Joint Committee on The Draft Communications Bill Appendices to the Minutes of Evidence


Memorandum submitted by Alastair M Scouller


  1.  I am a Gaelic-speaking Scot, resident for over 25 years in London. I occasionally run Gaelic courses on the island of Colonsay, in Argyll, a traditionally Gaelic-speaking area where I have a second home.

  2.  I see the proposed Communications Bill as an opportunity to extend the coverage of Gaelic television programmes, at present limited to Scotland and at certain times only, to the nation at large, by establishing a dedicated Gaelic television channel.

  3.  Although the number of Scots Gaelic speakers in the traditional Gaidhealtachd is now extremely low, there is a considerable diaspora throughout the country, in the Scottish Lowlands and in England, with an estimated 5,000 speakers in the London area alone. Most of these people have no access to Gaelic broadcasting. Radio nan Gaidheal is not available even in the Scottish Borders or Dumfries and Galloway.

  4.  There are also a large number of Gaelic learners, in all parts of the country, who would dearly love to have access to Gaelic broadcasts in order to attune their ears to live spoken Gaelic. This facility is currently denied them, although learners of most continental European languages have television and radio broadcasts in those languages readily available.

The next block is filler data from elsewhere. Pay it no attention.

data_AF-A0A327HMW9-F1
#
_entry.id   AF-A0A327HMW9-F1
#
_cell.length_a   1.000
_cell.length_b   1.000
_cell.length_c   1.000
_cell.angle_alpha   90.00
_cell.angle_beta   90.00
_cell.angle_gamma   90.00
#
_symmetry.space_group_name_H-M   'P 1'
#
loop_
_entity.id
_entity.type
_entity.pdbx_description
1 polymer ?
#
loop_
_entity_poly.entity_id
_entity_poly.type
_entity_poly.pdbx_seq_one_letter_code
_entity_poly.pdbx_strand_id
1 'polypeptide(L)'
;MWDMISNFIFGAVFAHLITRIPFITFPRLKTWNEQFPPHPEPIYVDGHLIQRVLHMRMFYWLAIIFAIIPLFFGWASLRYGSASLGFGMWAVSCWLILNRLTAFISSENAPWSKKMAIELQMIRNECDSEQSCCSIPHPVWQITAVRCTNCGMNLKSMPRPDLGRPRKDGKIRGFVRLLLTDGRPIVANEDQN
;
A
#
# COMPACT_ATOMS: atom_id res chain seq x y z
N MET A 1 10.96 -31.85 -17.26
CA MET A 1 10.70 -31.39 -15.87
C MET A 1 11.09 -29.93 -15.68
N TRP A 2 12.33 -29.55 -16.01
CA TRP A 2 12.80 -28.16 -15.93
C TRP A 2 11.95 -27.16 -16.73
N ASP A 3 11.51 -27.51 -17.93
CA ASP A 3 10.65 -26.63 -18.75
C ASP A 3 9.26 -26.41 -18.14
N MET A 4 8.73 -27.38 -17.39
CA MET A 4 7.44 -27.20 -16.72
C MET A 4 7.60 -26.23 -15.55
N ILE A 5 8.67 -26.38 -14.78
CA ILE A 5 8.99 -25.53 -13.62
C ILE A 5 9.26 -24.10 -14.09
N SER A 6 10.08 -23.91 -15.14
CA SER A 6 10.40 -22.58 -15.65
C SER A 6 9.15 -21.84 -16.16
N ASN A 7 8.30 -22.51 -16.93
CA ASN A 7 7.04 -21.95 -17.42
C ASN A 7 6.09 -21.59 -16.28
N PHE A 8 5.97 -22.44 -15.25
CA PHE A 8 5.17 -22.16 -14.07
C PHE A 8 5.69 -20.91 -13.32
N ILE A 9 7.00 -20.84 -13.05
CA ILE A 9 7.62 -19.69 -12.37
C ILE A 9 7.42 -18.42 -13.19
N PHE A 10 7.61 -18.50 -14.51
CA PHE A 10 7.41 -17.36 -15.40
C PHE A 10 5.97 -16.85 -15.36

5.  Although Radio nan Gaidheal is now available online—a welcome development—not everyone has access to the internet, and listening online often involves blocking one's only telephone line for the duration of the programme.

  6.  Having its own dedicated TV channel would also enable Scots Gaelic to present itself as a living language to the nation at large, thus enhancing its contribution to the native multi-cultural make-up of Britain. At a time when we are rightly concerned to accept the languages of ethnic minorities as an integral part of British society, it would be wrong to neglect those languages and cultures which pre-date the arrival of the Anglo-Saxons.

  7.  For these reasons I would urge the inclusion of a Gaelic television channel in the arrangements proposed under the Communications Bill.

June 2002

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